NH DMV wrong to deny "COPSLIE" license plate, supreme court rules
The state Department of Motor Vehicles (DMV) disapproved Montenegro's request for the plate four years ago because, it said, the phrase was "insulting."
"human," 35, who lists his mailing address in Durham and who legally changed his name to "human," contended his vanity plate selection is an expression of political speech protected under the Constitution.
Gilles Bissonnette, staff attorney with the New Hampshire Civil Liberties Union - which filed an amicus brief in the case, said the NHACLU believes human should receive a plate since the Supreme Court struck down the DMV regulation cited to deny it.
The court remanded the case back to Strafford County Superior Court, "presumably to address whether he will get the plate but we believe he should get it," Bissonnette said.
Attorney Anthony J. Galdieri with Nixon Peabody LLP argued the case on behalf of the NHCLU.
The Attorney General's Office, which filed a brief on behalf of the DMV, argued in its brief that a vanity license plate is government property and the state's rule "is reasonable in light of the government's intended purpose of identifying individual vehicles in a manner which does not imply that the government approves of combinations of letters that are offensive."
The court, however, sided with human, ruling the state regulation prohibiting vanity registration plates that are "offensive to good taste" on its face "authorizes or even encourages arbitrary and discriminatory enforcement," (see MacElman, 154 N.H. at 207) and is, therefore, unconstitutionally vague.
"Accordingly, we hold that, on its face, this restriction violates the right to free speech guaranteed by Part I, Article 22 of the State Constitution."
human, who argued the case before the high court, wanted the vanity plate to protest state government corruption. The DMV, however, bans plates that "a reasonable person would find offensive to good taste." The New Hampshire Civil Liberties Union, which joined in the appeal, argued that the regulation is unconstitutionally vague.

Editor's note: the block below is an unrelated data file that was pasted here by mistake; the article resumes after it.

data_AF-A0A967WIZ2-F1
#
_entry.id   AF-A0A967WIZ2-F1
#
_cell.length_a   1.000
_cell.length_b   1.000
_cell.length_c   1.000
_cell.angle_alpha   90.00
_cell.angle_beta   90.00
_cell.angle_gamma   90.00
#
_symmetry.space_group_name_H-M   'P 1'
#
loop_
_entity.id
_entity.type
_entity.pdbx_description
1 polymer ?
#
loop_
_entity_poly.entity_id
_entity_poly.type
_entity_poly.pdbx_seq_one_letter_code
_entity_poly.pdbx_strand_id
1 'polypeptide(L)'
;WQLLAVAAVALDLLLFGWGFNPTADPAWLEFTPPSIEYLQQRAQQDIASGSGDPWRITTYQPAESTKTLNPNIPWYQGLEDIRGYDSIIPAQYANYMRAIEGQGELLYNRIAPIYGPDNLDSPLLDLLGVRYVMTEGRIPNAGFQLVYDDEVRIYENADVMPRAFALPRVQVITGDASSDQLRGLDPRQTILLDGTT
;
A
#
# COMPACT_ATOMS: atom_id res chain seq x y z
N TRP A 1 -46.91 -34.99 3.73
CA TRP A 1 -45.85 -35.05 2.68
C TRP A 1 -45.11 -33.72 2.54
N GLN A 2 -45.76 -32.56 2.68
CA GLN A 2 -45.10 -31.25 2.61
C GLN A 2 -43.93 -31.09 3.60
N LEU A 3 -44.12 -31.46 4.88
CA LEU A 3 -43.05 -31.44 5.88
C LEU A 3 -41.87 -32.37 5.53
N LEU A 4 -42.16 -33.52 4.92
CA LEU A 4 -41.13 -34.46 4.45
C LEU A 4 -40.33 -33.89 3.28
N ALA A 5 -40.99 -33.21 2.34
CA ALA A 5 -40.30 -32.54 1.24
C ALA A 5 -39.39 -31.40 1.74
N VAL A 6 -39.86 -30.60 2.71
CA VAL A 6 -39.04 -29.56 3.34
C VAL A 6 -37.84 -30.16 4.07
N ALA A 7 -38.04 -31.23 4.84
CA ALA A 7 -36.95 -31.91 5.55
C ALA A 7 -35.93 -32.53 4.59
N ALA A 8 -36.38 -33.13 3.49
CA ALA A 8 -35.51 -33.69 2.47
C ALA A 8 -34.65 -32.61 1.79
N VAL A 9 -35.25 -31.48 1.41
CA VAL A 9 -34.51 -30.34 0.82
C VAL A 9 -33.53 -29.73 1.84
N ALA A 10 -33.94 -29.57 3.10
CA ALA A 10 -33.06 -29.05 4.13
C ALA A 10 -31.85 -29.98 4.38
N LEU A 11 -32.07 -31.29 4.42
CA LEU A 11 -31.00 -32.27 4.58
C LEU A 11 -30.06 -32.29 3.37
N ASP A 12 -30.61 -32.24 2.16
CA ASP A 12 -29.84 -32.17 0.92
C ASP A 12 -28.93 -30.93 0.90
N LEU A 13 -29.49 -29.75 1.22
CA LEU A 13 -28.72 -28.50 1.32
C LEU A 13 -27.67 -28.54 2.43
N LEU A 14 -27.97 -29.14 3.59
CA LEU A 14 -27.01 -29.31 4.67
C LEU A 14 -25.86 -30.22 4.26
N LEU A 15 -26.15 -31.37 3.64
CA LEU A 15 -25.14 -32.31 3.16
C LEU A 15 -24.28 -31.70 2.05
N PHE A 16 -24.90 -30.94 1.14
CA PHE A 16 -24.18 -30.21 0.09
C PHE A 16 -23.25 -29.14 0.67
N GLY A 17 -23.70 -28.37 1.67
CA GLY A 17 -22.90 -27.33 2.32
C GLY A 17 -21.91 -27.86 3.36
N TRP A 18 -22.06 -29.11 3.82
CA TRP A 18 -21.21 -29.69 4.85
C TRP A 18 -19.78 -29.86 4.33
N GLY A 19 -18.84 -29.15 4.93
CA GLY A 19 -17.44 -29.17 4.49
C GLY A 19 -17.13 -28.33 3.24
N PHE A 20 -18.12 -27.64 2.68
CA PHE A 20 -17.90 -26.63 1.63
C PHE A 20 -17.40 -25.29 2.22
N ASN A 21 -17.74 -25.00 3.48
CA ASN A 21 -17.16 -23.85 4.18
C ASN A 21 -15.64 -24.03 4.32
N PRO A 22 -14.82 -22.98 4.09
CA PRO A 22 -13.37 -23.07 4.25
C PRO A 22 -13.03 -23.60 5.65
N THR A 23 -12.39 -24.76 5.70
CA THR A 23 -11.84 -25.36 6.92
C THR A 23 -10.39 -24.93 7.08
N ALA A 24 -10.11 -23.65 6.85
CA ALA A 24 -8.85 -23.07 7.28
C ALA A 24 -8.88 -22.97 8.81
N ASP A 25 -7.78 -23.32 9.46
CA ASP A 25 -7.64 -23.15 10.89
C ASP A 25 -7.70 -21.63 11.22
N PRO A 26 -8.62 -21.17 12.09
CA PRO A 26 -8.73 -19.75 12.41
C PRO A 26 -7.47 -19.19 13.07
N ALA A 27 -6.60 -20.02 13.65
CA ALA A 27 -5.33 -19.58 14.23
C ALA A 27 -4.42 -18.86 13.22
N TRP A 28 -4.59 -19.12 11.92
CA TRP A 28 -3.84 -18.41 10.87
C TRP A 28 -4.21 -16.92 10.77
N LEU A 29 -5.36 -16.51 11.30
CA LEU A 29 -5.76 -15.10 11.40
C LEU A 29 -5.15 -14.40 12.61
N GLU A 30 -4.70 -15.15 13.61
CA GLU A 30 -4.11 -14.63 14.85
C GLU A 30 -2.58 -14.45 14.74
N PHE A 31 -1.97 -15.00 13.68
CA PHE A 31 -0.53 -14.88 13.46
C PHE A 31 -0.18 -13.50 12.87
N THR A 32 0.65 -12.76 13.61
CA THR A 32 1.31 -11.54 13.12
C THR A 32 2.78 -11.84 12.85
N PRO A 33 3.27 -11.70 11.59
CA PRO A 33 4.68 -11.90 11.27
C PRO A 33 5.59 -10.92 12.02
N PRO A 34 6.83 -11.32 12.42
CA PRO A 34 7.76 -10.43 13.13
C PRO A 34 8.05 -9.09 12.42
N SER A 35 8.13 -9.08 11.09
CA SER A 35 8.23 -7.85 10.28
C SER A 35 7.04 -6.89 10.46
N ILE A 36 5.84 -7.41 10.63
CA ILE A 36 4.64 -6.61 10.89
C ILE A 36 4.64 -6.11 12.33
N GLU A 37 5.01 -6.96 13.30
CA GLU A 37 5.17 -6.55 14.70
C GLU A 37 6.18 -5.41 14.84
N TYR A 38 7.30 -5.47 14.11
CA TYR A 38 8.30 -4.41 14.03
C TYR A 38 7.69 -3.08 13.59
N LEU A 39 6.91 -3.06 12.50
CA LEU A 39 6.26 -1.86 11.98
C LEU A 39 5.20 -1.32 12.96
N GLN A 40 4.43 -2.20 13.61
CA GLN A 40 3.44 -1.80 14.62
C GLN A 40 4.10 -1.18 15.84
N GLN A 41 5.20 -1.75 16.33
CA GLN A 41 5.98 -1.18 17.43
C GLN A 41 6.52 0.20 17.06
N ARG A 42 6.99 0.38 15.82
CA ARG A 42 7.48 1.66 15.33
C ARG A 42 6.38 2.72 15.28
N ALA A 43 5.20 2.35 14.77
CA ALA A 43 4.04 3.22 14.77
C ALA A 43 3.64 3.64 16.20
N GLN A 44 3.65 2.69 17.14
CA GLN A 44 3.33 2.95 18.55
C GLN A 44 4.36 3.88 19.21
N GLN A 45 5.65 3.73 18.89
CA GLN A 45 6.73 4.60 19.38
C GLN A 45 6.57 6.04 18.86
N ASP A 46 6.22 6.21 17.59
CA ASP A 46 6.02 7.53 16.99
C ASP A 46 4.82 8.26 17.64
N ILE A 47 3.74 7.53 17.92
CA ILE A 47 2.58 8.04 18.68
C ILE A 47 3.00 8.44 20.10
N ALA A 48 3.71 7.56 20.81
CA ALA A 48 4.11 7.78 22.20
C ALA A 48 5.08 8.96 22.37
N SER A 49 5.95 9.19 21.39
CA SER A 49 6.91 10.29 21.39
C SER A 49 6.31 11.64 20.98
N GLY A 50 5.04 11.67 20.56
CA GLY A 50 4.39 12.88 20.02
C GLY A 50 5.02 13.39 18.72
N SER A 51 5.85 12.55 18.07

Senior Assistant Attorney General Richard Head, who argued the case before the Supreme Court, maintained state employees denied the plate because it disparages an entire class of people - police officers.
The case began on May 4, 2010, when human, as Montenegro, applied for the "COPSLIE" vanity plate. He stated on the application that the intended meaning was "cops lie." That same day, the DMV rejected the application because several DMV employees believed the text to be "insulting."
Montenegro appealed to the director of the DMV in writing on May 5, 2010. Two days later, the director denied the appeal concluding that "a reasonable person would find COPSLIE offensive to good taste." State administrative rule, Saf-C 514.61(c)(3) says a vanity plate shall not be "ethnically, racially or which a reasonable person would find offensive to good taste."
On Aug 30, Montenegro again applied for the COPSLIE vanity plate - his first choice - but also requested alternate plates, in order of preference: GR8GOVT; LUVGOVT; GOVTSUX; SEALPAC, and GOVTLAZ. The DMV again denied his first choice as "insulting" but issued him a vanity registration plate for the alternative choice of "GR8GOVT." That same day human obtained a regular issued plate.
Bissonnette said the DMV rejecting COPSLIE, but approving GR8GOVT is the definition of a "government official using a vague regulation to discriminate against the message of the speaker and engage in viewpoint discrimination."
"human" sought an injunction directing the DMV to issue him the COPSLIE vanity plate, as well as a permanent injunction enjoining the DMV from recalling it. He also argued the state regulation violated his right to free speech. On July 3, 2012, then Strafford County Superior Court Judge John Lewis ruled in favor of the DMV, finding no federal or state violation of human's freedom of speech rights.
The court agreed with human that the state regulation is unconstitutionally vague because it is "so loosely constrained" that it "authorizes or even encourages arbitrary and discriminatory enforcement."
The court also turned to the dictionary to define what the words "offensive" "good" and "taste" means. Taken together, the court said the definitions lead to various potential interpretations of what that phrase means.
"For example, one such interpretation could be that no vanity registration plates are allowed that are 'insulting to the standard of morality or virtue of individual preference,'" the court said. "This reading alone demonstrates the arbitrariness of determining whether a vanity registration plate is ' offensive to good taste.' "